Words with Cardiologist Dr Ong Sea Hing
Dr Ong Sea Hing is a Cardiologist from Farrer Park Hospital, Singapore. His subspecialty is in coronary artery angioplasty and stenting, including complex coronary interventions. He is also trained in structural heart interventions.
He recently visited Bangladesh thanks to the International Medical Consultants (IMC), a unique healthcare assistance centre in Bangladesh.
In an interview with Dr Ong Sea Hing, he has shared his views about lifestyle facts related to cardiac diseases and about living a healthy life exclusively for the readers of Star Lifestyle. The major takeaways of the interview are as follows:
What are the main risk factors of cardiovascular disease? The ones that are the most common?
Cardiovascular disease is a prevalent and common group of diseases including heart attacks and strokes. Technically it's a disease of the blood vessels of the heart that supply blood to the organ. There are five main risk factors of cardiovascular disease which include family history of heart disease, diabetes, tobacco smoking, hypertension and high cholesterol.
To minimise the risks of the particular disease is to manage the risk factors. I believe the family history, the genetic one, is the strongest one, the one we cannot control but the other four we can. We sometimes call these 5 the "royal flush" in jest.
How can each of these risk factors lead to cardiovascular disease?
The problem with cardiovascular disease is that over time, blood cholesterol infiltrates into the wall of the blood vessels supplying the heart muscle, slowly accumulating and eventually causing narrowing of these blood vessels and reduction in blood flow to the heart muscle.
These major risk factors lead to disease because they damage the integrity of the blood vessel walls allowing cholesterol to infiltrate into the wall itself. We call this damage to the wall "endothelial dysfunction." The blood vessel walls are damaged due to genetic pre-disposition, toxins from tobacco, high sugar in diabetics and physical stress from high blood pressure.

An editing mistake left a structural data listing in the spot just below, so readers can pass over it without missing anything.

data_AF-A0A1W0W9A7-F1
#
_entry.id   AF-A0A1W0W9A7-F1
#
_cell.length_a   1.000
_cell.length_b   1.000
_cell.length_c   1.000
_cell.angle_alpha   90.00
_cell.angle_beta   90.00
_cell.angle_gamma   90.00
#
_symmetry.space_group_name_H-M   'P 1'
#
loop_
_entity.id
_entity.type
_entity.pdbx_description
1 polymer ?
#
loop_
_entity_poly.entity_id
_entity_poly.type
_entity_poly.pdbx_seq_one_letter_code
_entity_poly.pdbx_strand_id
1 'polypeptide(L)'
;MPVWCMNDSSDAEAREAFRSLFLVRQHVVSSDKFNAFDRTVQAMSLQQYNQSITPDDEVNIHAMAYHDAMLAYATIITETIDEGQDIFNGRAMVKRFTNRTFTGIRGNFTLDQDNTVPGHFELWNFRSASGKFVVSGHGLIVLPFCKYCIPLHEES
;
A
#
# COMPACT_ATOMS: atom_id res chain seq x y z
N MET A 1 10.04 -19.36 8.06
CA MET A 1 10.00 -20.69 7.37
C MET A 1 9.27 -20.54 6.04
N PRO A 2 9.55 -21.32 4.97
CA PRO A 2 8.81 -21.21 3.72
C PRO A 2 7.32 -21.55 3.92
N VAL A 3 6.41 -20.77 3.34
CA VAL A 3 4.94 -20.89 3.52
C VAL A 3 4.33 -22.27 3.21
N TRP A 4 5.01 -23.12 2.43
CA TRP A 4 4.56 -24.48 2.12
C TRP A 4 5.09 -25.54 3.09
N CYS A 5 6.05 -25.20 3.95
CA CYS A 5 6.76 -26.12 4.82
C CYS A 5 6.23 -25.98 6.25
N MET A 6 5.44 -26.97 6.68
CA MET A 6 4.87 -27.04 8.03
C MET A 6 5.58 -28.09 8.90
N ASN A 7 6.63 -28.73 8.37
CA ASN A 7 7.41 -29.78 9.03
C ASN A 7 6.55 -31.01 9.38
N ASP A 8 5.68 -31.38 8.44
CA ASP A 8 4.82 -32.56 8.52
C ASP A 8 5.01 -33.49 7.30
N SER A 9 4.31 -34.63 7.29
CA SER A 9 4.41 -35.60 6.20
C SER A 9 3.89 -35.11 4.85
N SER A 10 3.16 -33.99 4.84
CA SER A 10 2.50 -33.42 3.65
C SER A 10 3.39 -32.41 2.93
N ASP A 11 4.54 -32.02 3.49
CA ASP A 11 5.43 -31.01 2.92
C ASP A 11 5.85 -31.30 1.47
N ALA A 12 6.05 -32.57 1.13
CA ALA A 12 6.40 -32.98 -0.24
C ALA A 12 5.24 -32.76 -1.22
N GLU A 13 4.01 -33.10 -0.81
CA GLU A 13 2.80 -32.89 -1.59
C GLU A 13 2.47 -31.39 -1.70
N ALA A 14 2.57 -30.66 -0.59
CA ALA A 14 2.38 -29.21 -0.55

What are the dietary and lifestyle habits we should follow/avoid?
One of the major steps towards reducing the risk of heart diseases is through taking proper diet. By taking low carbohydrate and high fibre diets. In addition, we recommend patients to exercise for at least two and a half hours a week.
They are asked to undergo moderate intensity exercises. Basically getting their heart rate above 70 to 80% of their maximum heart rate. Pick the number 220 and deduct your age, and you get the expected maximum heart rate. So, you need to get to those heart rates for above 150 minutes a week in order to have the bona fide benefits of exercise.
Exercise enhances your heart and lung power and further assists in reducing calories, carbohydrate and sugar. In short, exercises and diets help you maintain cholesterol and diabetes. Another advice is to avoid smoking tobacco.
Vegetables with high fibre are strongly recommended. Brown rice, wholemeal bread and oats are better higher fibre options for carbohydrates.
Heart attack, stroke and kidney disease tend to manifest 5-7 years earlier in South Asians than in Caucasian/European populations. Why do you think that is?
I think genetics and diabetes are the strongest reasons of all. If your parents and siblings have heart diseases, I am afraid there is a high chance that you might inherit it as well. Secondly, South Asia has many diabetics which is one of the major risk factors of cardiovascular diseases.
How is early detection of cardiac diseases undertaken?
Common screening tests for heart disease are chest X-ray, exercise stress testing, echocardiography, and CT coronary angiography. Depending on your cardiac risk profile, your doctor will be able to advise the most suitable screening test. This may include treadmill exercise testing, stress echocardiography and CT coronaries.
What are the types of treatment available?
Early detection and treatment by a cardiologist will prevent escalation of the disease process. If there is significant disease a stent can be placed to reduce the narrowing of the arteries. If the condition is severe enough then surgery may be recommended. In cases of left main disease and severe triple vessel disease, bypass surgery not only reduces angina, it prolongs life and reduces the risk of sudden death.
For severe mitral valve leak, mitral valve repair restores the normal function of the valve and heart function. On the other hand, for severe aortic stenosis, aortic valve replacement will relieve the obstruction and restore normal heart function.
The quality of life after heart surgery is wholesome and should approach that of normal life span if the patient is able to maintain a healthy lifestyle.
Photo courtesy: International
Farrer Park Hospital, Singapore,
local office contact: Fazana Wali Liza
Phone: 01783 929292
International Medical Consultants